Alan A. Altshuler announced today (Oct. 23) that he will step down as dean of the Harvard Graduate School of Design (GSD). Altshuler was appointed acting dean of the School in July 2004 and assumed the deanship in February 2005. During Altshuler’s tenure, the School substantially increased junior faculty salaries and financial aid for master’s students, doubled the number of senior women faculty, and significantly improved the School’s finances.
“Alan has been a loyal and dedicated citizen of the University, responding to the University’s call whenever it has come,” said interim President Derek Bok. “He has served with great distinction as founding director of the Kennedy School’s Taubman Center and Rappaport Institute, as academic dean of the Kennedy School, and now as dean of the Graduate School of Design. The University owes Professor Altshuler an immense debt of gratitude for his service.”
Altshuler will serve as dean until the end of the current academic year or somewhat longer depending on when his successor can take up his or her duties. He plans to return to the faculty to teach and conduct research after a year’s sabbatical.
Altshuler expressed his pride in what the School has accomplished and thanked the faculty, staff, and students who have worked so diligently during his tenure on behalf of the School. In a letter to the community, he wrote, “The GSD is a marvelous place of creativity, learning, dedication to our common missions, and warm personal relationships. Not surprisingly, therefore, I have found serving as your dean a source of immense pleasure and fulfillment.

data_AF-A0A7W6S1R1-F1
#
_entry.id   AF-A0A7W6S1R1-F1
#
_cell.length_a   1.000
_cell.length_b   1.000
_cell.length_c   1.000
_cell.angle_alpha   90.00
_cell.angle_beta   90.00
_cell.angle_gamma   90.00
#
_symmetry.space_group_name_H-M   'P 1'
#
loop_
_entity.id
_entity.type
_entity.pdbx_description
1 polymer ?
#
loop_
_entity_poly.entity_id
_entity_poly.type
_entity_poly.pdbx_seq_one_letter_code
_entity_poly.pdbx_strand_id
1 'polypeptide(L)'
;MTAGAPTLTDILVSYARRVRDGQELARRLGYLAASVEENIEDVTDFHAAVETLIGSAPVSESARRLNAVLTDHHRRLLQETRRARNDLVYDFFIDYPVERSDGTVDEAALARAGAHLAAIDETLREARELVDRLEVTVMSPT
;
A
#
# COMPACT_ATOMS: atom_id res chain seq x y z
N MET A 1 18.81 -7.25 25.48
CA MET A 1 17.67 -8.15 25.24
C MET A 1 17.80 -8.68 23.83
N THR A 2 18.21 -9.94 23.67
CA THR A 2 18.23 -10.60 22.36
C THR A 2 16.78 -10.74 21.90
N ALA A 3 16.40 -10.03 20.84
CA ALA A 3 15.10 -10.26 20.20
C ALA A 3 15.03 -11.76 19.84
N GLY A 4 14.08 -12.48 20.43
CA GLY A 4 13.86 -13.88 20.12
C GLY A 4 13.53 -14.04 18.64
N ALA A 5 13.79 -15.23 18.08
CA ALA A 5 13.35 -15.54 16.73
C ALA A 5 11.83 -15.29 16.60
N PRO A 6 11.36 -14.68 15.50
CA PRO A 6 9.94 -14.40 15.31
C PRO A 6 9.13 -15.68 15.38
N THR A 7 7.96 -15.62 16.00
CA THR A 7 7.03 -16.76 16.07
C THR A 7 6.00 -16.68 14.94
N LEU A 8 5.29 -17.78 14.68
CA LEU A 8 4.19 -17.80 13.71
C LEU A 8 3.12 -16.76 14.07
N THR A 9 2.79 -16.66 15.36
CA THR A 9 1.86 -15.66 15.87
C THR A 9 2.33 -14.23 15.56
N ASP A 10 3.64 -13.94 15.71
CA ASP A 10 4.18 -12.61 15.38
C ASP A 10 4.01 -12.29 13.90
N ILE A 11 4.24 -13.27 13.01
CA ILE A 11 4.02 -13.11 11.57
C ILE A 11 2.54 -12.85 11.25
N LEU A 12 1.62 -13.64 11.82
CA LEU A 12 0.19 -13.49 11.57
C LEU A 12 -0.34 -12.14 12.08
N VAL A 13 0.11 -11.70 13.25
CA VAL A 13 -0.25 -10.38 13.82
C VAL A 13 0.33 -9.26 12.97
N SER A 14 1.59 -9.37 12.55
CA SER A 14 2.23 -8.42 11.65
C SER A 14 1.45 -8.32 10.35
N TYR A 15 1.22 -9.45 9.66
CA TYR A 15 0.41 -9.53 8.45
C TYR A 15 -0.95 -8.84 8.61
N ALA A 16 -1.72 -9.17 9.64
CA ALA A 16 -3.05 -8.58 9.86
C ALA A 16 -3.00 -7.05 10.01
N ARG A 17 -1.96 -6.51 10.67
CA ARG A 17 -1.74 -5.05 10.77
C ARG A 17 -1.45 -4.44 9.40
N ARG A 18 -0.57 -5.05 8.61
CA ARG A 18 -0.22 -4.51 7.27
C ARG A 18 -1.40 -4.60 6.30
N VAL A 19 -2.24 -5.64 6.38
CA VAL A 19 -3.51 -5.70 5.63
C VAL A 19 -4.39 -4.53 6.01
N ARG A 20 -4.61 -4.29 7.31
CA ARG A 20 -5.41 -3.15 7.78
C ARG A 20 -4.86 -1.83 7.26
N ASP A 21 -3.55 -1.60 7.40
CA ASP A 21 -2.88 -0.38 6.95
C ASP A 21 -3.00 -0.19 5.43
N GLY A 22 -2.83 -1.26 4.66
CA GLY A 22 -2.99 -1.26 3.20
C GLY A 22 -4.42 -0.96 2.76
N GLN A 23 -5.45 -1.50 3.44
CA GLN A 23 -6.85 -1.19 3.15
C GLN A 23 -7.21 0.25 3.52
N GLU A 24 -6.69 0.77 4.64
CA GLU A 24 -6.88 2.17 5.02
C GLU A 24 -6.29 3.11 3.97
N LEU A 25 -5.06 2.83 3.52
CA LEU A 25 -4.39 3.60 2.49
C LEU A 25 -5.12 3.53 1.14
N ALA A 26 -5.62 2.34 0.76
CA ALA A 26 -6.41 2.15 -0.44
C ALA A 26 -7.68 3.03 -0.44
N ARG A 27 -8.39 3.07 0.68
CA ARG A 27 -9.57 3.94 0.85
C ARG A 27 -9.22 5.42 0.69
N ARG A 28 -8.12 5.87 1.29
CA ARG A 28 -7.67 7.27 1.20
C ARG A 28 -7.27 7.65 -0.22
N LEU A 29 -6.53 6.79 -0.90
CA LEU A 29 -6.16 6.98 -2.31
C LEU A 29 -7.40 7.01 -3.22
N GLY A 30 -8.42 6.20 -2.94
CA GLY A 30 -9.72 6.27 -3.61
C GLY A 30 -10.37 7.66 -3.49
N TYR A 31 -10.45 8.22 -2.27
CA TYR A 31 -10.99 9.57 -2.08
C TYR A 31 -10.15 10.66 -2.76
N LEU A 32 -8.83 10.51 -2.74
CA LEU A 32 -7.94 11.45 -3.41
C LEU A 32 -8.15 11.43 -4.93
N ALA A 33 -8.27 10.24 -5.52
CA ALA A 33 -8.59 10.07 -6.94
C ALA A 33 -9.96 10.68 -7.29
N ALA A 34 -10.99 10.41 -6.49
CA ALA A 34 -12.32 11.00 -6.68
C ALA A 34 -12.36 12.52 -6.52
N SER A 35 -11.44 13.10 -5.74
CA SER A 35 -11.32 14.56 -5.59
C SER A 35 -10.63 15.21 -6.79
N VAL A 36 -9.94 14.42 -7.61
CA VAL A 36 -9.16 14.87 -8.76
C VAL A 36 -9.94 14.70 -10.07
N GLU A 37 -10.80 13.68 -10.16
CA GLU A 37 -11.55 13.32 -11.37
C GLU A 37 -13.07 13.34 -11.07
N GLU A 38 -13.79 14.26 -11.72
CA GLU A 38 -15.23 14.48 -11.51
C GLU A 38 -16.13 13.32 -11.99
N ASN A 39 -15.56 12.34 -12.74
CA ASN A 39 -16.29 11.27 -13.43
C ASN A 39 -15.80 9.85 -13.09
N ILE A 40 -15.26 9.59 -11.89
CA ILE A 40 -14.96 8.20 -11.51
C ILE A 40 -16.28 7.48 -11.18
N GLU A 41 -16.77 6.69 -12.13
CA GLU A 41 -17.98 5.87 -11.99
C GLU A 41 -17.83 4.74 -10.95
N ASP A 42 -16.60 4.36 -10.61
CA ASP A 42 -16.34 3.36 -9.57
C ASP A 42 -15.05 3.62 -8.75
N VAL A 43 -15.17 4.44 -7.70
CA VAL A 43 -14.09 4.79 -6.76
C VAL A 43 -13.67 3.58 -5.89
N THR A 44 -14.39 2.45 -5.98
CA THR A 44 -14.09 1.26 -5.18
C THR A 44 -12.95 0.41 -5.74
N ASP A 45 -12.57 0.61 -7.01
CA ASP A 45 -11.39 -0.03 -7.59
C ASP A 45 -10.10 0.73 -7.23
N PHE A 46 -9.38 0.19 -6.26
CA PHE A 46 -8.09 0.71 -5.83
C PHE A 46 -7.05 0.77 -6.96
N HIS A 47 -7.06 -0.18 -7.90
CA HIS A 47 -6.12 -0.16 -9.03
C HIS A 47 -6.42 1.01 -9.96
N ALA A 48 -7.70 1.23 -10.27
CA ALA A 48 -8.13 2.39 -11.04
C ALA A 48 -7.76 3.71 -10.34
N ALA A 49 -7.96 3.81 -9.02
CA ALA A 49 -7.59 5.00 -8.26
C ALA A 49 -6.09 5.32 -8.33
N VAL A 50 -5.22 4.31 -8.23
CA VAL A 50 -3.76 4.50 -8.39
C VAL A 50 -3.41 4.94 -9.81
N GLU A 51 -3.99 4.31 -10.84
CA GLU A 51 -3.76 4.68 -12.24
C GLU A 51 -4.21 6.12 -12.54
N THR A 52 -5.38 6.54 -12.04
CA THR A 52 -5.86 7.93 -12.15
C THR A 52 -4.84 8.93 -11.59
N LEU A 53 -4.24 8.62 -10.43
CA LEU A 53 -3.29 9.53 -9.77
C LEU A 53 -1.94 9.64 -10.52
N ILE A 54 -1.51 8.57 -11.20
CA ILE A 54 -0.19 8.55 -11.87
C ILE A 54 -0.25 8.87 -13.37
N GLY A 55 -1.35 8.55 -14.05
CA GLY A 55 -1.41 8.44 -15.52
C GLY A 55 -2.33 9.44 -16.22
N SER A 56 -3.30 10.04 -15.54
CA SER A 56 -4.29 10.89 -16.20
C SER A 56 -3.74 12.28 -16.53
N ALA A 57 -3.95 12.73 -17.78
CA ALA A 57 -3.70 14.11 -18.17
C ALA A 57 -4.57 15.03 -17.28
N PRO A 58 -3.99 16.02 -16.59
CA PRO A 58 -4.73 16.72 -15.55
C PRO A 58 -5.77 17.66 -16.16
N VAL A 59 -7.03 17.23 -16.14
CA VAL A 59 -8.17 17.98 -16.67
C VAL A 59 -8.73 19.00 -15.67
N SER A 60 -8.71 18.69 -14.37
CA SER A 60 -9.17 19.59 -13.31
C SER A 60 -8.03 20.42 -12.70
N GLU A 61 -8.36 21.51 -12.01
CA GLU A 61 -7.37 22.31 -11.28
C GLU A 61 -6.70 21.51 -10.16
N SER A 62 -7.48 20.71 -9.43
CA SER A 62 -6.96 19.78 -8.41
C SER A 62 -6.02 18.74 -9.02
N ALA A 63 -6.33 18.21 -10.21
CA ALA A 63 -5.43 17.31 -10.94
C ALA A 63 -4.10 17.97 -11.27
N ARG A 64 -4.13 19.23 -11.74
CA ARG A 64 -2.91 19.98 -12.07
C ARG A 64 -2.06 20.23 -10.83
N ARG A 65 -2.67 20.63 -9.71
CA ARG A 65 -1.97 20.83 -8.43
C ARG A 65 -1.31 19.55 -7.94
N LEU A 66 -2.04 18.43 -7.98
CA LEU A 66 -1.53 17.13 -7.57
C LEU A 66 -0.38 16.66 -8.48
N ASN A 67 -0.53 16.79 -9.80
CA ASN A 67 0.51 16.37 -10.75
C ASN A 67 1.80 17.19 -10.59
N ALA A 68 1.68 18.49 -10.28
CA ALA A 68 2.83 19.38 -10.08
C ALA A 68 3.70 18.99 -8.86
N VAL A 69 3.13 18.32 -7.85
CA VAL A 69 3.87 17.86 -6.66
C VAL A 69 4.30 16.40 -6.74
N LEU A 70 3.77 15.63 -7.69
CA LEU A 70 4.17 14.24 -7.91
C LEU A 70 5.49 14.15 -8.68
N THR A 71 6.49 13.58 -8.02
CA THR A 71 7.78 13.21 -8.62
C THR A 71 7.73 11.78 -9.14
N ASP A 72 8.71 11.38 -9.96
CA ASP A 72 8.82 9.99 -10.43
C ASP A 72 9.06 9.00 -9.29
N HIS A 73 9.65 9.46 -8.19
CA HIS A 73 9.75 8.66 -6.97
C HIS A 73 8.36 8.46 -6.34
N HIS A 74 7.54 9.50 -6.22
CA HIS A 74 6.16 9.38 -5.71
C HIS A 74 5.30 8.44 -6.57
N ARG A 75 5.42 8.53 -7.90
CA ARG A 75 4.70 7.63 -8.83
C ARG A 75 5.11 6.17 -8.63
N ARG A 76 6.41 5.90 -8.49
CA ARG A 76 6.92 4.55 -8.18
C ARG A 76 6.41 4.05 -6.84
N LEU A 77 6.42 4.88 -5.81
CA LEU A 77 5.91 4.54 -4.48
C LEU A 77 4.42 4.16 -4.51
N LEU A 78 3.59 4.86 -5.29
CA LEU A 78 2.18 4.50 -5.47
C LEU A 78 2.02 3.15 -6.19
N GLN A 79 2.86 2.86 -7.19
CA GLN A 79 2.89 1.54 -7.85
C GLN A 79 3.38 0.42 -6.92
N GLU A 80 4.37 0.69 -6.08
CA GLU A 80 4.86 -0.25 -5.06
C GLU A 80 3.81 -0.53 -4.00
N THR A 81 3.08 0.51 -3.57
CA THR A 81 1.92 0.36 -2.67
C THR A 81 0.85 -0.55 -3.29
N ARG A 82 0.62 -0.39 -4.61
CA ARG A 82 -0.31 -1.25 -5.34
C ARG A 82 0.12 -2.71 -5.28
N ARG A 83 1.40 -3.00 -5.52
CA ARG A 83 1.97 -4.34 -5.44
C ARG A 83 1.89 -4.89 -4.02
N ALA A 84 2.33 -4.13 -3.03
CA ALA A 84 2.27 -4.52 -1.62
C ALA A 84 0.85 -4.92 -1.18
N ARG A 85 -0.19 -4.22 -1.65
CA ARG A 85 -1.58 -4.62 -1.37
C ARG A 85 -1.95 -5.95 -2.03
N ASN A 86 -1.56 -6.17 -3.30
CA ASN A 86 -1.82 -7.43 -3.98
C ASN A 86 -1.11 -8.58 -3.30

“At every step I have been building on the accomplishments of my predecessors, with superlative contributions from members of the GSD faculty and staff, inspired by the dazzling talent and commitment of our students,” continued Altshuler. “I found a School that was best in the land, quite likely the world, and hopefully I shall leave it even better, but the processes of renewal and improvement are continuous, and they are the work of this community as a whole.”
To address the heavy debt burden faced by most GSD students, Altshuler worked to raise financial aid at the School. This year, the average grant for master’s students went up by 18 percent over the previous year. Altogether, the average grant has increased by 53 percent over the last three years.
In addition, Altshuler has also sought to address the needs of junior faculty who struggle with the high cost of living in the Boston area. During his tenure as dean, junior faculty salaries have risen 15 percent in real terms.
Altshuler was able to invest in these new priorities in part through skillful management of the School’s finances. Building on the surplus achieved in the year before he assumed the deanship, Altshuler delivered rising surpluses in each of the following years of his deanship. He also restructured the School’s development office, which has already borne fruit in the form of increased annual giving.